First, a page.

Stratospheric smoke from Australian bushfiresGOES-16 (GOES-East) Near-Infrared “Cirrus” (1.37 µm) images during the 19-24 January 2019 period (above) showed a semi-circular pall of smoke that originated from Australian bushfires — outbreaks of pyrocumulonimbus clouds that occurred in late December 2019 and early January 2020 injected large amounts of smoke into the lower stratosphere, and this smoke drifted eastward across the South Pacific Ocean. The 1.37 µm spectral band does a good job at detecting light scattered by airborne particles such as ice crystals, smoke, volcanic ash, dust, etc.; the areal extent of the smoke was most apparent approaching sunset on each day, due to enhanced forward scattering.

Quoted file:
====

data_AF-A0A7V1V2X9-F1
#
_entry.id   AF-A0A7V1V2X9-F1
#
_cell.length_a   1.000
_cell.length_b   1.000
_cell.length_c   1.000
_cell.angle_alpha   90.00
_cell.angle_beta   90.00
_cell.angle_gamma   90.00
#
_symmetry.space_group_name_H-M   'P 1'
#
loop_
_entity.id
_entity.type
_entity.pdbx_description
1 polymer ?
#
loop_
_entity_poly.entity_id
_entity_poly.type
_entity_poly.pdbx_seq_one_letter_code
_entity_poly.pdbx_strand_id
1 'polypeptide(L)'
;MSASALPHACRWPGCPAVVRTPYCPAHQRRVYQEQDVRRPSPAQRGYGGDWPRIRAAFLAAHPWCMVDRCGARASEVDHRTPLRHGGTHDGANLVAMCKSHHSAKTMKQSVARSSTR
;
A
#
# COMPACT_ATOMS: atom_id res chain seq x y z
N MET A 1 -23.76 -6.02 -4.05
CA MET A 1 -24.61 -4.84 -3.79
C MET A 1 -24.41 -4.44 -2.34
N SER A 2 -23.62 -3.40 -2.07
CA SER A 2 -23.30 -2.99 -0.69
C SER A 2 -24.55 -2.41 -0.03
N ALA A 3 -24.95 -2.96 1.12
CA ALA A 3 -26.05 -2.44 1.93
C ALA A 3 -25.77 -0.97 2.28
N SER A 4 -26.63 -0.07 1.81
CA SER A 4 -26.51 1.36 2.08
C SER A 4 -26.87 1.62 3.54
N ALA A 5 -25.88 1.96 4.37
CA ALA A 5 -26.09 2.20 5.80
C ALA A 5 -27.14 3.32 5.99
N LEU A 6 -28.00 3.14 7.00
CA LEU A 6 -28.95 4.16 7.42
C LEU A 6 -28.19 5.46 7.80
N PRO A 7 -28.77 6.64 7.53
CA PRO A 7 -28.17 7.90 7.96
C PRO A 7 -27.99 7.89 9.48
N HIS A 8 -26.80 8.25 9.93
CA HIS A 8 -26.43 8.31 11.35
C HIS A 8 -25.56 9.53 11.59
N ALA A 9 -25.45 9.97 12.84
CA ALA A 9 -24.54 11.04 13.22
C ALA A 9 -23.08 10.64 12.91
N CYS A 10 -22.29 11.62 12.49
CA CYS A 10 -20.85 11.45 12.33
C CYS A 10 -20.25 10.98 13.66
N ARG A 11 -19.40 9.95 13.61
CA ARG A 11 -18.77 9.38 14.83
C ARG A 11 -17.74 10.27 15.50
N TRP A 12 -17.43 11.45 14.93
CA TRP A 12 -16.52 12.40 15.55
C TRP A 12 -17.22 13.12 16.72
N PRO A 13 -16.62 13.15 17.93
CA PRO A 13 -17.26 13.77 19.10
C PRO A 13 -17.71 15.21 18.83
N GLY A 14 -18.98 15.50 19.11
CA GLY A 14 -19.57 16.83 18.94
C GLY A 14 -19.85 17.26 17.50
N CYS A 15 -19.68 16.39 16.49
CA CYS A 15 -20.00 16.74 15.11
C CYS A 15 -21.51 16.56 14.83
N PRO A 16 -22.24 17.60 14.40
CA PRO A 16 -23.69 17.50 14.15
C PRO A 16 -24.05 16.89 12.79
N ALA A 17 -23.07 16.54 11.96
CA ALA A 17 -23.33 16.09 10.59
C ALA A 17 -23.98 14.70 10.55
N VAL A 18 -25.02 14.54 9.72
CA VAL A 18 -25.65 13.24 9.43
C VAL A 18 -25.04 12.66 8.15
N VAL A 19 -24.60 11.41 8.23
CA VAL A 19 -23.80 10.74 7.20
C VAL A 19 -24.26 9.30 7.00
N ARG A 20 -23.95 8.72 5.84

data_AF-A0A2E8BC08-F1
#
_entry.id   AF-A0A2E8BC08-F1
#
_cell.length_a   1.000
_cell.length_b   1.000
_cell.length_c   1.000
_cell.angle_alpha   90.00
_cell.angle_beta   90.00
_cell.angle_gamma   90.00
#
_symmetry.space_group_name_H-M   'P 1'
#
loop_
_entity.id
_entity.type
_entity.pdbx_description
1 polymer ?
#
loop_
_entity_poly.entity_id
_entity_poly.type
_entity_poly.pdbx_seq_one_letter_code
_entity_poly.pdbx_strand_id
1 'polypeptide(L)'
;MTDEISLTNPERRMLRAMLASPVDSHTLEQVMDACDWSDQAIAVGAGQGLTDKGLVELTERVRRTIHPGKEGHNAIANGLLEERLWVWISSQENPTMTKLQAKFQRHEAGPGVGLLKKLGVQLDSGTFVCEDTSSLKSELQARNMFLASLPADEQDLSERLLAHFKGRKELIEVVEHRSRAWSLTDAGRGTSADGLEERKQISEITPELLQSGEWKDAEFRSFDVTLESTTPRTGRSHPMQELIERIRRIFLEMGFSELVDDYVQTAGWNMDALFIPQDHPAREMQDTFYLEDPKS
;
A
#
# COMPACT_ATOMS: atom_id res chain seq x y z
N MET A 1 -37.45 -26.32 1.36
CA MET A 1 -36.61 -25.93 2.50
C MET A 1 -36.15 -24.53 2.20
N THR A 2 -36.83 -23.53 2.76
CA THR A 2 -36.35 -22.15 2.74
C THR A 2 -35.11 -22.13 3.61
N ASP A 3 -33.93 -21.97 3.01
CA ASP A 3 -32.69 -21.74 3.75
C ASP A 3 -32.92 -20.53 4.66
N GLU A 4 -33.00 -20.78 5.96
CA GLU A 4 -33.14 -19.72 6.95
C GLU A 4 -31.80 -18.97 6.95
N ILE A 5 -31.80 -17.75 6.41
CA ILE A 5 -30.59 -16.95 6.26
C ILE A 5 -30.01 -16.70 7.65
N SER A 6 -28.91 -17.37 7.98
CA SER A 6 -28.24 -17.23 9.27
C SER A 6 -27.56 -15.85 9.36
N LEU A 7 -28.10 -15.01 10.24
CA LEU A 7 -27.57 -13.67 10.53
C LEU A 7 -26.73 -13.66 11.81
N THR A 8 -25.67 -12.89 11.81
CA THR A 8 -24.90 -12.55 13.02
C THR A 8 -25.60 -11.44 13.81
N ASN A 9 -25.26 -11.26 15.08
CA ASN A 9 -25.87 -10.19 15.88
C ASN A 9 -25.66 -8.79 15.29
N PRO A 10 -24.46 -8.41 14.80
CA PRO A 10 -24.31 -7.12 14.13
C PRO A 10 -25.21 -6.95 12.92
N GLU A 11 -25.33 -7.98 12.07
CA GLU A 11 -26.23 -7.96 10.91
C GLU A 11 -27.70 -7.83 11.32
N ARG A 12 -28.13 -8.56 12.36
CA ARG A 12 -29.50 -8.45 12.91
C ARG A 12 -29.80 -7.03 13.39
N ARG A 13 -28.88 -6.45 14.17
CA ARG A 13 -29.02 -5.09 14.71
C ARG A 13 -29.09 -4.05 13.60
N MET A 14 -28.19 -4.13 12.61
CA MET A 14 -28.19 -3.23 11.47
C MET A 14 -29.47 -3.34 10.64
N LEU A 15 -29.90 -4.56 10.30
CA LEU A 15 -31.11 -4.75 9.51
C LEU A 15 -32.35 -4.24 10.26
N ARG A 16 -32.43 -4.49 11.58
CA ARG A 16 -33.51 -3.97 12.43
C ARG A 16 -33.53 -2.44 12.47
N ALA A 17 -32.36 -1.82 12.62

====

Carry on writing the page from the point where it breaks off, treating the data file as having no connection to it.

CALIPSO satellite CALIOP lidar data indicated that this smoke often resided at altitudes in the 18-24 km range — one example from 21 January can be seen here. 12-hourly GOES-16 Cirrus images with plots of GFS model 70 hPa wind barbs during the 20-24 January 2019 period (below) showed that winds at the 70 hPa pressure level were generally light.As the stratospheric smoke feature was beginning to move over the Punta Arena, Chile area (station identifier SCCI), rawinsonde data from that site indicated that the wind speed at 70 hPa (18.5 km) was 18 knots (below).